But behind the differences in newspapers exists a difference in attitiude between the two nations. One characteristic that both Hsiao and Yang find lacking in the Chinese is the American aggressive spirit. Hsiao says, "How can we modernize such a huge country with one billion people? If we want to go forward we must have that kind of spirit." Traditionally, the Chinese wait. He explains that especially in the 1940s aggression was not a very good word in China because the Japanese were aggressive, and that meant war.

Hsiao also comments on another American characteristic symbolized by "a word on the Harvard shirts--veritas," He adds, "At Harvard there is a special spirit, in everything you pursue the truth." Not only do teachers and students seek the truth, but everything they want to say, is said. Hsiao, who is taking "The American Presidency," commented on Professor Richard E. Neustadt's criticism of President Reagan in class. "In China if you have some opinion like that, you better keep it to yourself," he says.

However, Americans can also learn from the patterns of Chinese relationships between people, Yang says, "In China, we're not so selfish as in America, we can take care of our neighbors, do housework for them..." Although Chinese are not as open as the Americans, "we Chinese are shy," Yang chuckles, but "our heart is very sincere."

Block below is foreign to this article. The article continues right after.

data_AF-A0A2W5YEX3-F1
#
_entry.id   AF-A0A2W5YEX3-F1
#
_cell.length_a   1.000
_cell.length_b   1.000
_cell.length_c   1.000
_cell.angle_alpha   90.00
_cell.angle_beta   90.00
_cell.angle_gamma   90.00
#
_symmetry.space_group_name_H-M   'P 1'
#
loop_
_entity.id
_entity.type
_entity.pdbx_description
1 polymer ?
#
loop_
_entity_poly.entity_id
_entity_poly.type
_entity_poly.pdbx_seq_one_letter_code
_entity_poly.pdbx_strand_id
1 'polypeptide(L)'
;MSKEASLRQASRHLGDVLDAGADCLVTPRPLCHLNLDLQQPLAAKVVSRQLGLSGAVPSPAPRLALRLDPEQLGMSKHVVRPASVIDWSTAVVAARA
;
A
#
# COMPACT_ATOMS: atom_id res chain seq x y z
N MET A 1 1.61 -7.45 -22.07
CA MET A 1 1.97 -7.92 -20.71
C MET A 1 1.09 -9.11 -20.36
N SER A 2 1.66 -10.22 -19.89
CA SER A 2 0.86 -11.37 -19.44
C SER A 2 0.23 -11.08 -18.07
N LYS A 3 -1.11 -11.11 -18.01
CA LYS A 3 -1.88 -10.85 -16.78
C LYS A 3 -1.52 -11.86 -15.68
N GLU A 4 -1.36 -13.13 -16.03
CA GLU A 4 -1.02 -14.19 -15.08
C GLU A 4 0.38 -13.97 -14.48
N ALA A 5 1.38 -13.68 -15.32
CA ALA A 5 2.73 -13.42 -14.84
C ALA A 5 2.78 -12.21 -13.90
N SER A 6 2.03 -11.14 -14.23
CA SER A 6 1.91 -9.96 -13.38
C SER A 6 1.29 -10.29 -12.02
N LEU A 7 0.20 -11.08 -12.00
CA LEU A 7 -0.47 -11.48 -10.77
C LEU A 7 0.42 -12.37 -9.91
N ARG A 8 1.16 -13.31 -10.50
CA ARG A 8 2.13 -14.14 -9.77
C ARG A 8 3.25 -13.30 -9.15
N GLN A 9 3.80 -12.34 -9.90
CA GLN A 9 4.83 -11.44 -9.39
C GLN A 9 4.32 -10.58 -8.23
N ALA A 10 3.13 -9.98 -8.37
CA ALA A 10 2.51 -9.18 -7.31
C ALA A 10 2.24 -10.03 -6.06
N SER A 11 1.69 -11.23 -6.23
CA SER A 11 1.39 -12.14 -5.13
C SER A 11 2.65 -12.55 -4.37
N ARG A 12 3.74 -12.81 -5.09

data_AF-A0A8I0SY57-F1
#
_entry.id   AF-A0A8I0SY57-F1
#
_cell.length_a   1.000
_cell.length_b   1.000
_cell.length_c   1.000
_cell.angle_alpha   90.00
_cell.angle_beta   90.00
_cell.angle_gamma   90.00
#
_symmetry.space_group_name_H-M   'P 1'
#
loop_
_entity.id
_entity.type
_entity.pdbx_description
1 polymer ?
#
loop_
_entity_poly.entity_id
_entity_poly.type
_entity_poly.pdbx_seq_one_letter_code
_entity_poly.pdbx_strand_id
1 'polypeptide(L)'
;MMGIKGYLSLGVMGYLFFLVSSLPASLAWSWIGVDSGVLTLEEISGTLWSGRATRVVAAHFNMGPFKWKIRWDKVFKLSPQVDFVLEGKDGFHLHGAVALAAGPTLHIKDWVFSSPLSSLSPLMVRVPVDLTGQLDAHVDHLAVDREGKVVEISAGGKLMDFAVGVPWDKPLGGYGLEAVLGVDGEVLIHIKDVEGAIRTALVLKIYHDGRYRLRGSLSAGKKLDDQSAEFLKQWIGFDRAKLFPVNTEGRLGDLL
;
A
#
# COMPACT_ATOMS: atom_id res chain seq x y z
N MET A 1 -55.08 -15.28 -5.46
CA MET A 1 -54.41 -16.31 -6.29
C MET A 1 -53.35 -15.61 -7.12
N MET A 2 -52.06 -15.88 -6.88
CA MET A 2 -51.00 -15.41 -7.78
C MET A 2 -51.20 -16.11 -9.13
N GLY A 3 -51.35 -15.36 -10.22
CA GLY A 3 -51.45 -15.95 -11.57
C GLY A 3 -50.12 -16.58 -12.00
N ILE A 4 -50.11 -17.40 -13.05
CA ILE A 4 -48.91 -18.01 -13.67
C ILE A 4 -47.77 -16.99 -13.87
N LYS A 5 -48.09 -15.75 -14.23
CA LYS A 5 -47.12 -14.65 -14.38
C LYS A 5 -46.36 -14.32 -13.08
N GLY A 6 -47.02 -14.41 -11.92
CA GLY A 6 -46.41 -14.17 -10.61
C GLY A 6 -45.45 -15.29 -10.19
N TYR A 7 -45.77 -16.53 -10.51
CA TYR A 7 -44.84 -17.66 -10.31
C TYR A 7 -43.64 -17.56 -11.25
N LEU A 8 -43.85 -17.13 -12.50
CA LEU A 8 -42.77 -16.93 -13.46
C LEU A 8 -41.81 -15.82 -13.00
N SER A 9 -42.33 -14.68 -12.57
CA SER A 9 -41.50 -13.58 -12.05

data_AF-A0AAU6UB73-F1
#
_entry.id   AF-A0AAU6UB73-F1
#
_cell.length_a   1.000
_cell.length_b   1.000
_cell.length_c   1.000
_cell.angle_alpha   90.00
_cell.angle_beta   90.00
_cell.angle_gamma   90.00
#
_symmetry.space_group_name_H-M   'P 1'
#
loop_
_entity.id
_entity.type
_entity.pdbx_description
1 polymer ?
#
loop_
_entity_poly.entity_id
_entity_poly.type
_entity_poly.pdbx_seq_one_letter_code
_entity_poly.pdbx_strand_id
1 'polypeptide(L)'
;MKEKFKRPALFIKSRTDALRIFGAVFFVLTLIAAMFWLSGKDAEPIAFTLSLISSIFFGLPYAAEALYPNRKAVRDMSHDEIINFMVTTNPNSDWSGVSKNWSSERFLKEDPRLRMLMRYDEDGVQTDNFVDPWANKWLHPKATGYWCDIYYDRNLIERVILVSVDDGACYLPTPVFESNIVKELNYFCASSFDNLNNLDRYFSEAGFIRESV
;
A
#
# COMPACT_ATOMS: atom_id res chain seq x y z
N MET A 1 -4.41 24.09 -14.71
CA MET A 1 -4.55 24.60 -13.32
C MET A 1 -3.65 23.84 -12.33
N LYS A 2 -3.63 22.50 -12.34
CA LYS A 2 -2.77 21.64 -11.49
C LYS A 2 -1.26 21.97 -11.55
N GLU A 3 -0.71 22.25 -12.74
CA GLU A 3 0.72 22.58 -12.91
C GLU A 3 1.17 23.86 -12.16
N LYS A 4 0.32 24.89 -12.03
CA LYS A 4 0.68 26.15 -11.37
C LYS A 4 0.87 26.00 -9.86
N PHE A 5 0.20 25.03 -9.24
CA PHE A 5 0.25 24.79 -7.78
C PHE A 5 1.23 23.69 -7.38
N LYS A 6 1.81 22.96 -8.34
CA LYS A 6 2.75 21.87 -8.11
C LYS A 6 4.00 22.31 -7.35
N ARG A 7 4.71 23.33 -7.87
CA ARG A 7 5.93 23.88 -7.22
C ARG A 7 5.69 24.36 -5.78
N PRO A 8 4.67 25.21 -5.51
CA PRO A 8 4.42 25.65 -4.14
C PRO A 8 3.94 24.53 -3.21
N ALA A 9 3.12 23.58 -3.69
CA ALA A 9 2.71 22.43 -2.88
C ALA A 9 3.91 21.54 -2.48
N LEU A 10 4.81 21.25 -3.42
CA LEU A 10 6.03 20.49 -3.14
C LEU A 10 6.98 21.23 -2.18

In terms of ideologies, Hsiao and Yang both prefer socialism since "It is more equal in China, there isn't a part so rich and a part so poor." The obvious disadvantage is the lack of work incentive--"whether you work hard or you work lazy, you get the same in the end," Hsiao says.

Precisely because of this issue the Chinese have embarked on very recent economic reforms involving the expansion of a free market. "In the past all the benefits you must give to the government, the rest you keep," Hsiao says.

Neither Hsiao nor Yang think that the social system will of necessity also change. Only relations between government and factories will probably be changed, they believe.

Regardless of the momentous changes China is launching, both Hsiao and Yang are concentrating now on America. Yang is taking journalism courses at Boston University in preparation for launching a second career as a part-time lecturer on reporting. Hsiao is attending four courses including Government 1500, "Bureaucracy", as well as regular seminars for Nieman fellows. So far his favorite speakers have been authors David Halberstam '55, whose book The Best and The Brightest is very popular in China, and Bob Woodward.

Ching-Chang Hsiao says that he wanted to be a Nieman fellow because "we must get more knowledge about America and about the world. We can't confine ourselves to China or to Shanghai." Certainly, in his own life Hsiao has not confined himself much. After graduating from Nanking University in 1951, he taught Chinese literature in middle school in Shanghai. After joining the Wen Hui Daily on 1957 he covered the arts--especially music and foreign artists--for about ten years.